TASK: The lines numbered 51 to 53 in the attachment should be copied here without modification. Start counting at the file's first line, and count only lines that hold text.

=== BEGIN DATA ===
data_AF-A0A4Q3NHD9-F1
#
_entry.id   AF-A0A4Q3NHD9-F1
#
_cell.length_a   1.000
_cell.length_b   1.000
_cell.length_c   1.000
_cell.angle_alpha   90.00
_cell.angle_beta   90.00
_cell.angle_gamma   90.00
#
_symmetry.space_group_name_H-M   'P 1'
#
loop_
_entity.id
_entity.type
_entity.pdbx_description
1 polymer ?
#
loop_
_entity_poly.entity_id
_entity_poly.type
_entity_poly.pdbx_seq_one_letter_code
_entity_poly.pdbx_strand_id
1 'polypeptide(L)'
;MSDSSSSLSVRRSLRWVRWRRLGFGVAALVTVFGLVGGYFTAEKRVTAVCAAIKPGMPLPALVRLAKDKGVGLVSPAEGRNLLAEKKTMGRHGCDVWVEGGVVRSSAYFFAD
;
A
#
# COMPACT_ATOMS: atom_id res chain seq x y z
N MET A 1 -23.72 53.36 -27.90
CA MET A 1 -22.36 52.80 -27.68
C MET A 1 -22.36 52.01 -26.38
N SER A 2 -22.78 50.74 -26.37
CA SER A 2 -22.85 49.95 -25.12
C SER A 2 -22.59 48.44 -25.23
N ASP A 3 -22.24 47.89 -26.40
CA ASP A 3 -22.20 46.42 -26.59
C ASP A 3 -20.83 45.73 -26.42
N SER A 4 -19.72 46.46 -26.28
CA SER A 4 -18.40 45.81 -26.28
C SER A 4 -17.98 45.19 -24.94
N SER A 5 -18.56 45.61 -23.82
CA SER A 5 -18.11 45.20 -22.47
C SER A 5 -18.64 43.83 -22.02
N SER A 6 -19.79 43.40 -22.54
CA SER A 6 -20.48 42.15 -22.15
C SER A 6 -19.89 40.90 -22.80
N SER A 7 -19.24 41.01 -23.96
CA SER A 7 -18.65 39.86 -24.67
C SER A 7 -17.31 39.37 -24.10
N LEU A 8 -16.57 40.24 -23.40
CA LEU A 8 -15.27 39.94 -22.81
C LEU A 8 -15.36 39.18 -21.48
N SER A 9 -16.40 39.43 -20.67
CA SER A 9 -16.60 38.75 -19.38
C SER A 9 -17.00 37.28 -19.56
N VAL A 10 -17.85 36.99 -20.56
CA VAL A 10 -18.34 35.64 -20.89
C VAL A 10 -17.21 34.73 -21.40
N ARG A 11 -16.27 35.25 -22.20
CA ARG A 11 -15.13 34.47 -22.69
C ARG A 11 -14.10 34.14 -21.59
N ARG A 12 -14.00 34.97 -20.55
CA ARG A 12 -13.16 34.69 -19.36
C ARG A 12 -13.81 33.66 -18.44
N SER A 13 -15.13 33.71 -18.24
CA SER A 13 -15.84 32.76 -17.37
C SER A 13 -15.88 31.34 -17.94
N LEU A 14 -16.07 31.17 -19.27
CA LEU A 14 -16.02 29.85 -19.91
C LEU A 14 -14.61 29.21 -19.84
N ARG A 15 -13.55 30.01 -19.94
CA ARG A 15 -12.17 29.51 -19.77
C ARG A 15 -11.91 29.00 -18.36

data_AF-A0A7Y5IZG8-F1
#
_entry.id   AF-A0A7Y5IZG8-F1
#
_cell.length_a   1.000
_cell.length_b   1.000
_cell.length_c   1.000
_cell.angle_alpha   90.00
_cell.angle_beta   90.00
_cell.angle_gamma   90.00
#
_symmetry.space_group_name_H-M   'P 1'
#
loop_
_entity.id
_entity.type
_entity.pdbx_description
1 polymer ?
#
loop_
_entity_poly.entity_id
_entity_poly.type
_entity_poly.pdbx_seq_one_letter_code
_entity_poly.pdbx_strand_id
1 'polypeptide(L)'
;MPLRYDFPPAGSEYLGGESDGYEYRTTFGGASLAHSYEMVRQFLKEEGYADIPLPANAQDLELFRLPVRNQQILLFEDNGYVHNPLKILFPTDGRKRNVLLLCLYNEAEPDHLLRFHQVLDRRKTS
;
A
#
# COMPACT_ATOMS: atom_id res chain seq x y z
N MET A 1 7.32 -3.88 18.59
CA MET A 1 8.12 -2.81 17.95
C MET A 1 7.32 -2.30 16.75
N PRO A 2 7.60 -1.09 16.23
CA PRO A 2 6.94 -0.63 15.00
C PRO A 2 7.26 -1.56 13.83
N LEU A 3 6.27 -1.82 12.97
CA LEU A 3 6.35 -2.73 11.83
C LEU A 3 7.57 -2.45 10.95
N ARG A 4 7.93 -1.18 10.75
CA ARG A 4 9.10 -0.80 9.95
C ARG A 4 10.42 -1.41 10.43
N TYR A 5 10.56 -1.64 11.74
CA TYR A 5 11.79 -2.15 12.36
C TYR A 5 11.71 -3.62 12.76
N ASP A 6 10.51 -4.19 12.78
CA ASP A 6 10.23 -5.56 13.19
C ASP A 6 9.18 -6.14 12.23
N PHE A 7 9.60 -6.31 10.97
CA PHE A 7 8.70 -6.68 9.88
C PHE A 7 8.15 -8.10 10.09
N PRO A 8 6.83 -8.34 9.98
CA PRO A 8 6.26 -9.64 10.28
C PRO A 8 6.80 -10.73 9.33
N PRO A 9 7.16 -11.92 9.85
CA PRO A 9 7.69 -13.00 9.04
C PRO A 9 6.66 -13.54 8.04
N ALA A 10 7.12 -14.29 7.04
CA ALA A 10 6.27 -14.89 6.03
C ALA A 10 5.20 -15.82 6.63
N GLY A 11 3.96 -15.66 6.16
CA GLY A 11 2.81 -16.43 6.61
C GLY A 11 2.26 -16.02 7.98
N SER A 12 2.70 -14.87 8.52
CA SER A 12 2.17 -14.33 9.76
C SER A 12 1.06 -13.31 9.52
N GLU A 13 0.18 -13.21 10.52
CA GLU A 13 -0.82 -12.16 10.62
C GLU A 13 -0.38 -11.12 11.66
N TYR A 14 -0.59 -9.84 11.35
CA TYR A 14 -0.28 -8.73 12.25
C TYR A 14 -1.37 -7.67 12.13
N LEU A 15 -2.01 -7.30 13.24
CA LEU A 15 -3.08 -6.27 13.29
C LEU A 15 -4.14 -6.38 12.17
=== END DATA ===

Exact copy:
C SER A 7 -17.31 39.37 -24.10
N LEU A 8 -16.57 40.24 -23.40
CA LEU A 8 -15.27 39.94 -22.81